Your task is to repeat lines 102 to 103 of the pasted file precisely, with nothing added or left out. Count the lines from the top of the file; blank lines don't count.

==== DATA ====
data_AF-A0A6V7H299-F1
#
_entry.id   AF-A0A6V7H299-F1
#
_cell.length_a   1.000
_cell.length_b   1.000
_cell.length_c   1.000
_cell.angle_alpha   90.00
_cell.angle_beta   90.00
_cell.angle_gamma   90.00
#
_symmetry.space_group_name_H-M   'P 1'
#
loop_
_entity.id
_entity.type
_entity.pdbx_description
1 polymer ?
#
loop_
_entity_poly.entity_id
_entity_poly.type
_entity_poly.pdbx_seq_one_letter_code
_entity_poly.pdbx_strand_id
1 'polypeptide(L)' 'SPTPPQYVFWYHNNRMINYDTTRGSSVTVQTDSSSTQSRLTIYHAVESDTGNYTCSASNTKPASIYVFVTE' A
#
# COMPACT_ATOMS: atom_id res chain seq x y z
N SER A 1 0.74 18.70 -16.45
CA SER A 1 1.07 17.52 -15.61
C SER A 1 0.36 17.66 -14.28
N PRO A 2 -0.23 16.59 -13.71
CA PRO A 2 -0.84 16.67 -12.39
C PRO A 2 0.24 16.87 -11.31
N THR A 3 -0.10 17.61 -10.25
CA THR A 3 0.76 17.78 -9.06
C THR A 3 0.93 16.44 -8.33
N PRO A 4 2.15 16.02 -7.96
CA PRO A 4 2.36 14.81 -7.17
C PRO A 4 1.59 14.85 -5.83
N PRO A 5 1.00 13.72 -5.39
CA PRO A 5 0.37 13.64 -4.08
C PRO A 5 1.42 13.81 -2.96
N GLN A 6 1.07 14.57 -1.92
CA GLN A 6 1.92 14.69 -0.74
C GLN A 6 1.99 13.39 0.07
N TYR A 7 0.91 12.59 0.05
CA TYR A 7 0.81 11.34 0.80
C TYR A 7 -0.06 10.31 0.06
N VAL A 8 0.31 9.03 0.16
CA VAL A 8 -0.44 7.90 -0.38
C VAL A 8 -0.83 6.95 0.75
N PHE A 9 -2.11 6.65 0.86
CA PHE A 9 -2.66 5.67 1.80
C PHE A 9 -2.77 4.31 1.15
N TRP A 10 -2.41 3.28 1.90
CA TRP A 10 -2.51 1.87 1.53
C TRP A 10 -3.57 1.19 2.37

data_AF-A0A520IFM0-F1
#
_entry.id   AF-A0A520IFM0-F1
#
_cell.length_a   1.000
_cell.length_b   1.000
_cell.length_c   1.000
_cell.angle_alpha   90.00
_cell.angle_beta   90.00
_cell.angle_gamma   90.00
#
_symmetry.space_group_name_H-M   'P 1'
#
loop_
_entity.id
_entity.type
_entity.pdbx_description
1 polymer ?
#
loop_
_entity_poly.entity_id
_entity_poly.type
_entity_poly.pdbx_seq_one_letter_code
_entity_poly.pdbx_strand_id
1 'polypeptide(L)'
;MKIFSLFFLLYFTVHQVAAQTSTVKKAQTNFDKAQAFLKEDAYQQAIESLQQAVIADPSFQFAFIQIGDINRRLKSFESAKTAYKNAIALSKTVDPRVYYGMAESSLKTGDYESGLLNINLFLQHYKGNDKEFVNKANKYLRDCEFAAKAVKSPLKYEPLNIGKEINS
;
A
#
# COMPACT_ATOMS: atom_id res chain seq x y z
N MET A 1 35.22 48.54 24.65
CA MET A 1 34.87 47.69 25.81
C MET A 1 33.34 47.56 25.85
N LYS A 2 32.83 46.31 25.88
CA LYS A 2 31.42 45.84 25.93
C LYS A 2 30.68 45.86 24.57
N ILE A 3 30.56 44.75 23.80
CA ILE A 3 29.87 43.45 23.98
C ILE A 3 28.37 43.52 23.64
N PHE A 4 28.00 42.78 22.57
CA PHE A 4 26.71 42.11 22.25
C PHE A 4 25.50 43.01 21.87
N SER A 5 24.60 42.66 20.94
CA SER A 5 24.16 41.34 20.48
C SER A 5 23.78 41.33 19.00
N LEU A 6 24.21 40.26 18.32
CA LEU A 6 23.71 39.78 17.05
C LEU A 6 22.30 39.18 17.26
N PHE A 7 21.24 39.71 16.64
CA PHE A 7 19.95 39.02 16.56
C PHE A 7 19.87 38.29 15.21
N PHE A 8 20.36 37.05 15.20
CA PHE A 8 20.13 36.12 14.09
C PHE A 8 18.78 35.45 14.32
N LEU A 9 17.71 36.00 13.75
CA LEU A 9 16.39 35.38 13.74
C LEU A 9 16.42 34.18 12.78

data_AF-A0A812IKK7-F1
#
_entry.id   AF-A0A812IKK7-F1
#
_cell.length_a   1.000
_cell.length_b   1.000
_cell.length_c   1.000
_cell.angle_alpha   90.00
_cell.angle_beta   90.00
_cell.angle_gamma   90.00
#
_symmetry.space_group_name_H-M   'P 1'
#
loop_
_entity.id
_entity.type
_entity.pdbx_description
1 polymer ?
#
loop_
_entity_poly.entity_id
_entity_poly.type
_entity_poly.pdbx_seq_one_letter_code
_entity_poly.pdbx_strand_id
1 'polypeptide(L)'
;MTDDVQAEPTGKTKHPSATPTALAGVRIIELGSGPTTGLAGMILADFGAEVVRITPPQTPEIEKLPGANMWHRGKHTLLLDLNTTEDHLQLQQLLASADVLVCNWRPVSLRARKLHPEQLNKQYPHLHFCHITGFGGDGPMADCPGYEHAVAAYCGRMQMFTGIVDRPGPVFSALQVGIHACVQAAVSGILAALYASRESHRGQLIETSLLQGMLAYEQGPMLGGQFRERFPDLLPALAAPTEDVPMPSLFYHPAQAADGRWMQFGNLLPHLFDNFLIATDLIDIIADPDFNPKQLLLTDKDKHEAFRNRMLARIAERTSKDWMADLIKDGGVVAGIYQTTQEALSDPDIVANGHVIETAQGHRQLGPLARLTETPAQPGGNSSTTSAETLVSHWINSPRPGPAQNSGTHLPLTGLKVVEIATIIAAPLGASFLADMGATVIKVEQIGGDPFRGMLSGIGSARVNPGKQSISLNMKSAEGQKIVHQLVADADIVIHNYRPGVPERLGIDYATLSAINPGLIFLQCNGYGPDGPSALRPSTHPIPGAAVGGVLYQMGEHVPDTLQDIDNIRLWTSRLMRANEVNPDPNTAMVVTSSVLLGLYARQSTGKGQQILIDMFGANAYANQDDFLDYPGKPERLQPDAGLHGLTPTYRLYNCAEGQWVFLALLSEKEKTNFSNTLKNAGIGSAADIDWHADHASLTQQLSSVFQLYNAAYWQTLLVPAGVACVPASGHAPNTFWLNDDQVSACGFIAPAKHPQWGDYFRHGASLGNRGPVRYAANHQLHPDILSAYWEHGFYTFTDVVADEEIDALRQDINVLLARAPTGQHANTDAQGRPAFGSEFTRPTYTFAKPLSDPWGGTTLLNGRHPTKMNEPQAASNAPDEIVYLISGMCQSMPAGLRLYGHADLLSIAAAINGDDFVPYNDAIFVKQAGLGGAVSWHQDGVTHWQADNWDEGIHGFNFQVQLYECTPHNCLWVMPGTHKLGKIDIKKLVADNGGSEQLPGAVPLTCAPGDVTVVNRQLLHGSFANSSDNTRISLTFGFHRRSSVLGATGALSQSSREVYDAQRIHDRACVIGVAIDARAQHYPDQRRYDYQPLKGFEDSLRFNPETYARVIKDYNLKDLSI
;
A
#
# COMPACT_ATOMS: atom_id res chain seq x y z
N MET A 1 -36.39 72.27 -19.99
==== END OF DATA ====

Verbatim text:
C SER A 5 23.78 41.33 19.00
N LEU A 6 24.21 40.26 18.32